“It's strictly my opinion, but I think it's a political issue at work,” Malenke says. “Unfortunately, there are a number of times when you have delistments from a country that tends to have as much political issues behind it as there is factual issues.” In spite of the struggles with exports to Russia – Sioux-Preme's plant was one of the ones delisted by Russia – he believes that pork exports will be good in 2010.
“Whether it's the pork we're producing today or the poultry, someone is going to eat it,” he says.
On the domestic side, processors are expecting the food safety standards set forth by the USDA and FSIS to become increasingly stringent. However, that may not necessarily be a bad thing.
Stowell notes that Dole and Bailey has instituted pathogen intervention programs for its grinding and new marinating line to stay ahead of the regulations.
“We view that as a good thing,” Stowell says, “because it's an entry barrier for some people to get into the further processing end of the business. We feel if we can do it, and do it well, and put the pathogen interventions in place that meet the criteria, and if most people can't get in, that opportunity is much greater.”
Stiffler notes the importance of a USDA under secretary of food safety to help set the food safety agenda for the industry. Dr. Elisabeth Hagen, USDA's chief medical officer, was nominated to fill that position in late January. He also argues that the issues with foodborne illnesses and recalls have left the U.S. legislative bodies to try and legislate food safety, rather than let the processors control the issue.
“Government agencies and the private sector need to continue to work together to develop improved process control systems to manage and regulate food safety concerns, finding a balance between internal and external regulations that can together elevate the entire industry."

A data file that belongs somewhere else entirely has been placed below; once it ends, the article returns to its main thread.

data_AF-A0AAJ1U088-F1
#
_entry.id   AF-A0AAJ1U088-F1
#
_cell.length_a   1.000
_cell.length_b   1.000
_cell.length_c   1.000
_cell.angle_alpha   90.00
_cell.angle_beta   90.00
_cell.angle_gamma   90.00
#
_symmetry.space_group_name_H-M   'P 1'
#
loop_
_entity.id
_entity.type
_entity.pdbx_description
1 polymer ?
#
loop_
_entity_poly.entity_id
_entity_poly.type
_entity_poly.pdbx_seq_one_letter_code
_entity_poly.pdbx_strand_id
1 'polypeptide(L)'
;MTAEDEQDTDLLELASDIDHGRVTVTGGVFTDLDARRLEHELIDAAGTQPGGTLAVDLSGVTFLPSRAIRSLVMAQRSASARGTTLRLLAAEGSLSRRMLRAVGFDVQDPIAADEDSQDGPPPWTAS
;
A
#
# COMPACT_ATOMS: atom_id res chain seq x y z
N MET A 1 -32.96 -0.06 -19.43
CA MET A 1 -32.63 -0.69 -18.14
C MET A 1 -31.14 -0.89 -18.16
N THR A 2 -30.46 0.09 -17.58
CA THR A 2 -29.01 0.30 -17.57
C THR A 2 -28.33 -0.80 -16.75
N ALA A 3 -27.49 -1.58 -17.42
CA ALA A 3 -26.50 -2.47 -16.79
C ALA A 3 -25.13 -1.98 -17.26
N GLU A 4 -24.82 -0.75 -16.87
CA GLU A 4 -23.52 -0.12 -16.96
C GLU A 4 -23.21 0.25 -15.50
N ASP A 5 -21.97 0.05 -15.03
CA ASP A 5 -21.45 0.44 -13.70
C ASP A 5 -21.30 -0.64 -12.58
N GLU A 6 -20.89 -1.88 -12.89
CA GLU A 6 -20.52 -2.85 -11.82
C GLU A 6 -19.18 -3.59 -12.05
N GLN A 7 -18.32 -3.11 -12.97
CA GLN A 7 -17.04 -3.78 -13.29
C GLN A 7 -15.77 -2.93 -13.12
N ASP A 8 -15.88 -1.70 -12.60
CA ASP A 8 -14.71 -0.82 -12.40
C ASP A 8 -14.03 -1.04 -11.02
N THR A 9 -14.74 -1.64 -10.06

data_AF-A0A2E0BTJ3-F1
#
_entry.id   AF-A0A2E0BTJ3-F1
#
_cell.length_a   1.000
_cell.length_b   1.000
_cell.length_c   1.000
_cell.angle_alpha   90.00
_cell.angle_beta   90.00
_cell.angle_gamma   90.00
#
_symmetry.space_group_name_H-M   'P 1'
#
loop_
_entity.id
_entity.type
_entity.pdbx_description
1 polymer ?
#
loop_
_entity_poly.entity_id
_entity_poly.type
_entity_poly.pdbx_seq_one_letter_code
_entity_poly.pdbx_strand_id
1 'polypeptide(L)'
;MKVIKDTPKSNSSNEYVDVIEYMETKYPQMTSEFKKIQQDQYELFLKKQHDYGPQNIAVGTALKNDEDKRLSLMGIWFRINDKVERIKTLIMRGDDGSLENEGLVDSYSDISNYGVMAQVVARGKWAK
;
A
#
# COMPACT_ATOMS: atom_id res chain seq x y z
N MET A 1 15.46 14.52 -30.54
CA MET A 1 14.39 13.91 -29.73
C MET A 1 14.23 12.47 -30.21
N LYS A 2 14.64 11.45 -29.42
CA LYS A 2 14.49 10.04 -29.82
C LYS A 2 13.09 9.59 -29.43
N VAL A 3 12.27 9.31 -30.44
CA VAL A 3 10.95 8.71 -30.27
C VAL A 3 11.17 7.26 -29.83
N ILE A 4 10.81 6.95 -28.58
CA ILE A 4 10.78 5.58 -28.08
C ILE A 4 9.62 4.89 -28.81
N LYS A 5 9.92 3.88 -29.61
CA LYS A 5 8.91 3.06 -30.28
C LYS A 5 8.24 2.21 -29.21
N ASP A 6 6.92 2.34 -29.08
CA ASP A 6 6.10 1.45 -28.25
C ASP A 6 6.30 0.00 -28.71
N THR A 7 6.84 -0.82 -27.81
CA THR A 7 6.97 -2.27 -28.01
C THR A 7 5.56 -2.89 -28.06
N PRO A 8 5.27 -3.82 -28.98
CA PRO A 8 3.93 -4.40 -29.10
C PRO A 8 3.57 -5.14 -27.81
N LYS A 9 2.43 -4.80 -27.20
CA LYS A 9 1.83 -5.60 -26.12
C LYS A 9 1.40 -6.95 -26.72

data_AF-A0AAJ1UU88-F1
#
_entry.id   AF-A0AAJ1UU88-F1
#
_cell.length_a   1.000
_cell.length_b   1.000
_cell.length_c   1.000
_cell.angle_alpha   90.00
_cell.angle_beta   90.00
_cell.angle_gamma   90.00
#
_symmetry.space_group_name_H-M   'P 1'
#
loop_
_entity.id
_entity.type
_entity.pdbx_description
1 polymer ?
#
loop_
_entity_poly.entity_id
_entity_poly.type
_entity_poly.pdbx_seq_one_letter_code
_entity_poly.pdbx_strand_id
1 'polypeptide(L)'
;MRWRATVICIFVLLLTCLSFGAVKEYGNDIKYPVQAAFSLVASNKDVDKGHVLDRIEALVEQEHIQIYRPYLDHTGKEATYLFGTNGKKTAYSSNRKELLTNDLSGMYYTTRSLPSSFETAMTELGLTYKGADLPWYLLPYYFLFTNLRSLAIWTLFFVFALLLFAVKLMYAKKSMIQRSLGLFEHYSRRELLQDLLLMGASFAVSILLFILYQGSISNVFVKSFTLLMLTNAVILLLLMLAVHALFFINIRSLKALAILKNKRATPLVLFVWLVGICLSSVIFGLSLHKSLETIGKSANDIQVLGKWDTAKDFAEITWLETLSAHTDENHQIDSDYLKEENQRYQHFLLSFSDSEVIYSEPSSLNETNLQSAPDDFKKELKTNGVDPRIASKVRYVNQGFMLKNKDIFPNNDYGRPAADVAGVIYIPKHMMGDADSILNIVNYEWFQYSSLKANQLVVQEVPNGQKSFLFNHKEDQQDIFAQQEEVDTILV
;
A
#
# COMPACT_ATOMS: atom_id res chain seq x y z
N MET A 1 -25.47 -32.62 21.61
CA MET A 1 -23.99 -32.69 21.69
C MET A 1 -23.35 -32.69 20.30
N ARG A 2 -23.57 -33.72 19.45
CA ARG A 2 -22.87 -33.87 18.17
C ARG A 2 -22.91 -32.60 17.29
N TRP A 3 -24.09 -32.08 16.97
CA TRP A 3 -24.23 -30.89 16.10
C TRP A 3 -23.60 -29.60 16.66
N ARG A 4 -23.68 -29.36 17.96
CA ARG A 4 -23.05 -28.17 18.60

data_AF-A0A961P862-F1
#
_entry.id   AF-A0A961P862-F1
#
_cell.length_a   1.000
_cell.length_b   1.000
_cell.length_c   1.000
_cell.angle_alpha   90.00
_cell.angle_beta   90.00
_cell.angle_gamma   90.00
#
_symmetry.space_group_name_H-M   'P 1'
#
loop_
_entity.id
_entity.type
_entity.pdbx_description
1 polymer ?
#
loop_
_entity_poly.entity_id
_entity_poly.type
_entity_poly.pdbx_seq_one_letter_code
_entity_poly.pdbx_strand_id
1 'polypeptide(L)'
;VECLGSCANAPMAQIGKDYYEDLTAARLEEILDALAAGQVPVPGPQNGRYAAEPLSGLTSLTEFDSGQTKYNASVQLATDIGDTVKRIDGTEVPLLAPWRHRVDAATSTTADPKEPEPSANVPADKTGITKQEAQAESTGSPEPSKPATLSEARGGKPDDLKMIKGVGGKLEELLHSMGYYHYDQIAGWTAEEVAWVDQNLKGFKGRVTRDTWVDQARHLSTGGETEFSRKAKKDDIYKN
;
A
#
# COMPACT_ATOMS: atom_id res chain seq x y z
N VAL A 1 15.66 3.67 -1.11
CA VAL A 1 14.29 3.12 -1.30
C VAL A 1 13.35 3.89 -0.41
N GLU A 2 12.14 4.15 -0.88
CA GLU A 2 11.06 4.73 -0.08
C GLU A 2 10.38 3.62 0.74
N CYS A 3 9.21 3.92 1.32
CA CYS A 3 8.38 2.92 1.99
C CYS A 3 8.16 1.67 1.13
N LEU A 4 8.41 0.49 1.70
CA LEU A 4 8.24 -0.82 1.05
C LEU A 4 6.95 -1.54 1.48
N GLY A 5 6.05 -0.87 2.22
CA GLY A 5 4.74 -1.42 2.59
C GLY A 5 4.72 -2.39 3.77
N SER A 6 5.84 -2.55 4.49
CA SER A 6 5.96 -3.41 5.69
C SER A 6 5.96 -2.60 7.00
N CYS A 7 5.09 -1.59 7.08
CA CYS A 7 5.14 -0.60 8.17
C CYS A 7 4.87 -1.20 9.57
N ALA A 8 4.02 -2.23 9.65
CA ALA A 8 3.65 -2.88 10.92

Tips for the independentsWhile the meat industry changes from year to year, one constant is that there are plenty of opportunities for smaller, independent processors to find a niche in the business and thrive. Dole and Bailey recently helped launch Northeast Family Farms, a company that creates a supply chain between the farmer and chef. Foods, including meat, fruits and vegetables, are purchased directly from small and medium-sized family-run farms throughout the Northeast.
“There's a big opportunity in the locally raised movement, and I think that's gaining a lot of traction,” he says. “It's very difficult, so for people who are able to do that kind of thing and do it right, there's more insulation.”
Tim Haen, sausagemaker and secretary/treasurer for Kaukauna, Wis., Haen Meat Packing Inc., says his company had a great year in 2010, thanks to more people shopping locally and stocking their refrigerators instead of eating out.
“[With] the information that's being put out to the consumers now, they're starting to think more as they read more and discover more issues about their health,” Haen says of the locally grown movement. “It's definitely an area that's growing, and small processors are positioned that they can jump into it a little bit quicker and adjust to it better.”
Haen Meat Packing has also focused on the consumer's need for convenience foods, such as homemade soups, pizzas and meats that simply need to be reheated and served. Haen says that is another area that is doing well for the company.
Stowell points out that smaller companies have to work harder and find areas where they don't comete directly against larger companies with larger budgets.
“You have to do something that requires more effort and more attention to detail to differentiate and insulate yourself from someone coming in and taking that business away from you,” he says.
Growing markets is also of primary importance. Stiffler says that attracting new customers is the key to the survival of the veal and lamb industries, whether it being through social media networking to attract a new generation of veal lovers or focusing on the changing U.S. demographics.
“With the growth of diverse ethnic groups in the U.S., lamb and veal have an advantage as these proteins are part of a regular diet for many [of these] groups, including, but is not limited to, Middle Eastern, Asian and Hispanic groups,” he points out. “It is our job to reach out to these consumers through multiple channels and get them to not only recognize our products but request them.”